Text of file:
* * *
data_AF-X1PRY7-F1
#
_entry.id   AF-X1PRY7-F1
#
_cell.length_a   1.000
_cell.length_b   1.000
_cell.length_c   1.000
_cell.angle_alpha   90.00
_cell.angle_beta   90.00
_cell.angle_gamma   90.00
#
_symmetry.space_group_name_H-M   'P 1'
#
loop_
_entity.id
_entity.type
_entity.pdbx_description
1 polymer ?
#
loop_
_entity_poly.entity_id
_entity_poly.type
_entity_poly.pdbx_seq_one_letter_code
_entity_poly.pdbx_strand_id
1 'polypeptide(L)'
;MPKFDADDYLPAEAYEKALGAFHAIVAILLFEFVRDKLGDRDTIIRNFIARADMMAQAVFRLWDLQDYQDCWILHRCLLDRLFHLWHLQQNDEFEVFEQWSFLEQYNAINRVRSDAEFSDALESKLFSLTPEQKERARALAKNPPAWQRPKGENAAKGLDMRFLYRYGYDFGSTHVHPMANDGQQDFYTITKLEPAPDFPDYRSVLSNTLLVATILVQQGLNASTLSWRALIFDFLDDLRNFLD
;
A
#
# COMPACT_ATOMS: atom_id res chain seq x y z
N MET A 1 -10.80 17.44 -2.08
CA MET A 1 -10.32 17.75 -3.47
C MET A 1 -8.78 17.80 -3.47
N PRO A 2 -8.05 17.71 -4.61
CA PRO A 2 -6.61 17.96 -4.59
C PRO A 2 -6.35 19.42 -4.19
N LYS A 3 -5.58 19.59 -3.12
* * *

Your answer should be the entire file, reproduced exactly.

data_AF-X1PRY7-F1
#
_entry.id   AF-X1PRY7-F1
#
_cell.length_a   1.000
_cell.length_b   1.000
_cell.length_c   1.000
_cell.angle_alpha   90.00
_cell.angle_beta   90.00
_cell.angle_gamma   90.00
#
_symmetry.space_group_name_H-M   'P 1'
#
loop_
_entity.id
_entity.type
_entity.pdbx_description
1 polymer ?
#
loop_
_entity_poly.entity_id
_entity_poly.type
_entity_poly.pdbx_seq_one_letter_code
_entity_poly.pdbx_strand_id
1 'polypeptide(L)'
;MPKFDADDYLPAEAYEKALGAFHAIVAILLFEFVRDKLGDRDTIIRNFIARADMMAQAVFRLWDLQDYQDCWILHRCLLDRLFHLWHLQQNDEFEVFEQWSFLEQYNAINRVRSDAEFSDALESKLFSLTPEQKERARALAKNPPAWQRPKGENAAKGLDMRFLYRYGYDFGSTHVHPMANDGQQDFYTITKLEPAPDFPDYRSVLSNTLLVATILVQQGLNASTLSWRALIFDFLDDLRNFLD
;
A
#
# COMPACT_ATOMS: atom_id res chain seq x y z
N MET A 1 -10.80 17.44 -2.08
CA MET A 1 -10.32 17.75 -3.47
C MET A 1 -8.78 17.80 -3.47
N PRO A 2 -8.05 17.71 -4.61
CA PRO A 2 -6.61 17.96 -4.59
C PRO A 2 -6.35 19.42 -4.19
N LYS A 3 -5.58 19.59 -3.12